So there's this deli/wine bar/bistro in my neighborhood, called Tzuk Farm, named after the organic farm where much of the produce comes from, especially the cattle-based products, which are especially savory and spoiling.

I joined three wine buddies for an informal tasting. Here's one of the crowd, and doesn't he look happy?

Jean Paul et Benoit Droin, Chablis Grand Cru, Valmur, 2007

This is typical Chablis, even typical Chablis Grand Cru (marine aromas, breadth and depth on the palate), but actually backwards at first compared to the last bottle. Although it develops nicely and pungently, I prefer it at home when we can devote full attention to each other.

Giaconda, 320 NIS.

Giacomo Borgogno, Barolo Riserva, 1976

Judging by the color (which was the same as, well, a bourgogne), we thought it was unraveling, but this is actually decently robust, even tannic, if on the mellow side, with iron fillings and spices. It dies after an hour but who needs more - it's the kind of wine made by people who only wanted to make good good wines that aged well, just like their parents made them, a love letter from another age.

Price unknown.

Domaine Les Pallieres, Gigondas, Terasse du Diable, 2008

Leave me alone, Southern Rhone.

Domaine Rapet, Corton-Charlemagne, 2012

You have to know Charlemagne to be able to recognize the quality in this clench-fisted, tight-assed, virgin-pussied wine. But it's there, in that compact frame with its honeyed accouterments.

Bourgogne Crown, 590 NIS.

Thursday, October 15, 2015

Bertie, Brett, Keller, Schaefer, etc. (Sept. 24, 2015)

Wine-making: it's all about choices. In the case of Emidio Pepe, Montepulciano d'Abruzzo, 2011 the wine-maker's choices are apparently conductive to brettanomyces . At least, that's how I interpret the end result here, which is reminiscent of cured meats braised in bretty Amarone. To be honest, I don't understand why some consider brett an expression of terroir; it grows on the grape skins, I get it, but so do various strains of fungi, not to mention ignoble rot - and reasonable winemakers avoid those. But even if you do allow for brett, there is too much here for the bottle to contain.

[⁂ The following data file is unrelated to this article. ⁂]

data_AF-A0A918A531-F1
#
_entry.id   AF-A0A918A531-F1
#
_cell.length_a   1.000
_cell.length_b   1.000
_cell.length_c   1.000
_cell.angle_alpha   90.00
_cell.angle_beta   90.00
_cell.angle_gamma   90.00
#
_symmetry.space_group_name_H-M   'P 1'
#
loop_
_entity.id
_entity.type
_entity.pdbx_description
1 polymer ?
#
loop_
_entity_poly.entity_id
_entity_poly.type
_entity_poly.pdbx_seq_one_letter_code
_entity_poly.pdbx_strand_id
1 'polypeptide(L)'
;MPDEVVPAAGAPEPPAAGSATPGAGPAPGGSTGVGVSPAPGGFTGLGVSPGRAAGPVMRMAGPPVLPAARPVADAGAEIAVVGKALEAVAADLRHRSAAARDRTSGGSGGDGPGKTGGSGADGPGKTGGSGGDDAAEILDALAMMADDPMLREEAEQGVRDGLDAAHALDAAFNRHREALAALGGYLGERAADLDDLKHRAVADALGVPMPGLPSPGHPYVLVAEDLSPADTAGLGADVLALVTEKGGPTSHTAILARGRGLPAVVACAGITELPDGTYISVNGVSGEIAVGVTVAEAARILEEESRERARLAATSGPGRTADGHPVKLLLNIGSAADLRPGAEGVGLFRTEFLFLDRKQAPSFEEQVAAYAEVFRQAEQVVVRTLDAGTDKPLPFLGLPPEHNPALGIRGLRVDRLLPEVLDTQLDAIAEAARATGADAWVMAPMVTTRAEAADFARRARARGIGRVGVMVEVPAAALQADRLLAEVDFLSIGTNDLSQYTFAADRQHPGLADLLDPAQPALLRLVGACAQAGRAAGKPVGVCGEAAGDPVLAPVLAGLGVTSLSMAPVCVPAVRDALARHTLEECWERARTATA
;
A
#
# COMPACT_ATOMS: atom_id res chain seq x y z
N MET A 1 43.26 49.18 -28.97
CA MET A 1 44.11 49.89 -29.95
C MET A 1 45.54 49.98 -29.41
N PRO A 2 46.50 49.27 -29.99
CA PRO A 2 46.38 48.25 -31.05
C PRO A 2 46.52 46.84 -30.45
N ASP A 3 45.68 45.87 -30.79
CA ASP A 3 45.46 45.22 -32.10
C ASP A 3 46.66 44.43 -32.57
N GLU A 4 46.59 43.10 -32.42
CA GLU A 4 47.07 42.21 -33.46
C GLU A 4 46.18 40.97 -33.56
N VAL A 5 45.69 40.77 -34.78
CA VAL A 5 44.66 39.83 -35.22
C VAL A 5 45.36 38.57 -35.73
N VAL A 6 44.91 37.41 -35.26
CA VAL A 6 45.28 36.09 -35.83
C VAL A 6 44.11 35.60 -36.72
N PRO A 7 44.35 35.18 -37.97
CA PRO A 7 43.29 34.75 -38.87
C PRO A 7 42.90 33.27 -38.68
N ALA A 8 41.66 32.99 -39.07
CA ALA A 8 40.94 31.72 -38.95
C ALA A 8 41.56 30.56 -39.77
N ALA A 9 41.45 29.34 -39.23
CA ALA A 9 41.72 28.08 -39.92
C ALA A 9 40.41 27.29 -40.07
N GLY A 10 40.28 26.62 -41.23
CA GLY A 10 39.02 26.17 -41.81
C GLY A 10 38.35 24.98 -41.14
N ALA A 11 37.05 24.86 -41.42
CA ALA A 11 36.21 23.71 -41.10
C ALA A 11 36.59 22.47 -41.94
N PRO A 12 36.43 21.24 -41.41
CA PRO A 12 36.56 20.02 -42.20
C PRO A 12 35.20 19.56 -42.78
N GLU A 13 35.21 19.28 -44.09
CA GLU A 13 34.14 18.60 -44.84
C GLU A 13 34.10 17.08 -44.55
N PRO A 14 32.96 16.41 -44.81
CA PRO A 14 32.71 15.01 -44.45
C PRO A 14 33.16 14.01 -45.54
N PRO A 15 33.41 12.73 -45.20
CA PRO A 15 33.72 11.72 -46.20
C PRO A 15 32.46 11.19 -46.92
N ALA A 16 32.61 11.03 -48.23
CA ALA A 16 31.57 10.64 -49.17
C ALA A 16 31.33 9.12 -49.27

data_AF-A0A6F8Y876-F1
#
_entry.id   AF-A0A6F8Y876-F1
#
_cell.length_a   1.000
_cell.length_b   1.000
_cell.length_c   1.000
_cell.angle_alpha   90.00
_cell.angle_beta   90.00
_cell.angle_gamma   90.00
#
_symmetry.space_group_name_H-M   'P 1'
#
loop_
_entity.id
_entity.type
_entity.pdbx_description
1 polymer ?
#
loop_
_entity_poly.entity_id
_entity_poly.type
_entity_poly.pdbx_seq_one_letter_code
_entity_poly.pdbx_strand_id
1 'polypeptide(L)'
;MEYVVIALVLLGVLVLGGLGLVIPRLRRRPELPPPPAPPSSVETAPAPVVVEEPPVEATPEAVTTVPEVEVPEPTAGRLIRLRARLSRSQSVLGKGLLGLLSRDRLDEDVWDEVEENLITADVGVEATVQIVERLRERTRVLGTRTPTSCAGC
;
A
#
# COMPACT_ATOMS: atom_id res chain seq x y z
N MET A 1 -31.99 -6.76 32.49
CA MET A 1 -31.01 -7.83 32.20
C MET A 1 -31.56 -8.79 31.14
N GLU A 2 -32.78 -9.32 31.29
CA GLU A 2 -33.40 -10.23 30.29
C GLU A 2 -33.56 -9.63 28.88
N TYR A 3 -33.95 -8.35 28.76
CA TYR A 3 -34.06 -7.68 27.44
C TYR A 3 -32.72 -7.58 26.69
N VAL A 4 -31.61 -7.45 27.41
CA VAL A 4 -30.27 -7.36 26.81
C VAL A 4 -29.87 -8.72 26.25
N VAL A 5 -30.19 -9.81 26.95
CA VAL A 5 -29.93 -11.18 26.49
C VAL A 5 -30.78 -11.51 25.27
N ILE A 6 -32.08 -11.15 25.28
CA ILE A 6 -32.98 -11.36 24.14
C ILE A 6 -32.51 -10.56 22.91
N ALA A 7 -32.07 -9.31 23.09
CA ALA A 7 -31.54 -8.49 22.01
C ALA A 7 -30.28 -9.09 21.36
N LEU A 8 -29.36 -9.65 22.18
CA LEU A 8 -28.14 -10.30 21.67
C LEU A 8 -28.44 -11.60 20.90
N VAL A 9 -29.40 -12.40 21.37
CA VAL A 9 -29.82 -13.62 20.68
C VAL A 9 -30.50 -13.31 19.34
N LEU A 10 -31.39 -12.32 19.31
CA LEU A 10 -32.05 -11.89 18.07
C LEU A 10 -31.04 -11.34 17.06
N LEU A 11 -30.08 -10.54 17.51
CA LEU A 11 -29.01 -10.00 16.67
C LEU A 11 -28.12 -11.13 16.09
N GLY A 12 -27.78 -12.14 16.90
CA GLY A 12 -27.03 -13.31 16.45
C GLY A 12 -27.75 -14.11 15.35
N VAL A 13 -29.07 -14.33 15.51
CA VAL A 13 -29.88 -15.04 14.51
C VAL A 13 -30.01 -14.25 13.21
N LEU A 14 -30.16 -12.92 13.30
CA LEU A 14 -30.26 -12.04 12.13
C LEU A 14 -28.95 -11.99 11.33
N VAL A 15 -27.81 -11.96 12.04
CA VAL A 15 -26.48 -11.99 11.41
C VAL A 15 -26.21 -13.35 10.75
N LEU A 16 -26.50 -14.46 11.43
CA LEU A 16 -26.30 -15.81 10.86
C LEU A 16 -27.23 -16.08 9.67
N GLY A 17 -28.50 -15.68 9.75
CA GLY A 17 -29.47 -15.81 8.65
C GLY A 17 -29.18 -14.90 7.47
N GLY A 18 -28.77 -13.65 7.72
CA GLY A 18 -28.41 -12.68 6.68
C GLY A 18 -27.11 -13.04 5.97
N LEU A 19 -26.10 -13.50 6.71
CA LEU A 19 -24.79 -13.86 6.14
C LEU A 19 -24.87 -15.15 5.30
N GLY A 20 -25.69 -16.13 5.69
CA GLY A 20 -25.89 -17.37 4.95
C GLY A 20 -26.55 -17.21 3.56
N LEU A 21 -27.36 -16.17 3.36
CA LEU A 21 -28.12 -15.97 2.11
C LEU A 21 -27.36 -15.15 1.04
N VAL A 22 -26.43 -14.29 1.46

With the Golan Heights Winery, Rom, 2006 the choice is pick late, pick ripe, work hygienically and age in new barrels. The wine-making is almost passionately precise, but that's the only expression of passion in this lifeless, oaky beverage.

I have just described one of the most "challenging" pair of wines I have ever tasted. Ironically, they were the centerpiece of a very fun evening with great friends at Bertie, one of my favorite food havens. As for the wines, well, it could have been worse. For example, if we hadn't brought any Rieslings.

Keller, Rheinhessen, Dalsheimer Hubacker, Riesling Grosses Gewaches, 2007

Mellow dryness, complex on both nose and palate, where it shows (surprise, surprise) minerals,red apples and red cherries . The kind of finish that is a 90+ pointer in its own right; as for the nose, only a philistine would attempt to reduce that to points.

But before the Keller, we were presented with the kind of wine that would stump many blind tasters.

Salomon, Kremstal DAC Reserve, Lindberg, Gruner Veltliner, , 2006

This starts off cider-ish and cumbersome before it starts to show minerals, green herbs, apricots and red apples, with a herbal finish and off-dry.

For dessert, we had Willi Schaefer, Mosel, Graacher Domprobst, Riesling Auslese, 2013, which was fresh, floral, honeyed, and brimming with potential.

But before we could bask in post-coital bliss with the Schaefer, we had to contend with two clarets, which demonstrated that basing your purchases on the Bordeaux classification is only good if you know the properties to begin with - which really defeats the whole point of using the classification as a quick and dirty consumer's guide.

The Roc de Cambes, Cotes de Bourg, 2006 isn't classified and it's rustic and muscualr, yet tasty. It's not very obscure, as it's owned by François Mitjavile, owner of Château Le Tetre-Rôtebouef in St-Emilion, but it's still off most people's maps. Uri Kaftori used to import it, but I didn't pay attention, so I don't know what the price was, but I'd guess 200-300 NIS. Which is what Chateau Pontet-Canet, Pauillac 5me Cru, 2000 used to cost, but by the 2006 vintage it probably cost at least twice as much and these days close to three times. We have all heard of the improvements in the Chateau over the last decade, and the explosion of Parker scores, both of which led to the price increases (some of us may have even tasted the wine) but my limited experiences with the old regime, which is basically comprised of 1996 and 2000, is that it was a boring, one dimensional wine,

Thursday, October 8, 2015

Taking Care Of Business (Sept. 2015)

Hubert Lamy, Bourgogne Blanc, Les Chataigners, 2011

This is a great value, being a declassified village wine. It smells like someone sauteed pears and apples  in Atlantic salt and sprinkled them with roasted almonds, and actually tastes fairly similar, with a delicate salinity. This is loads of joy. (Sept. 3, 2015)

Bourgogne Crown, 145 NIS.

Domaine de la Vougeraie, Cote de Beaune, Les Pierres Blanches, 2012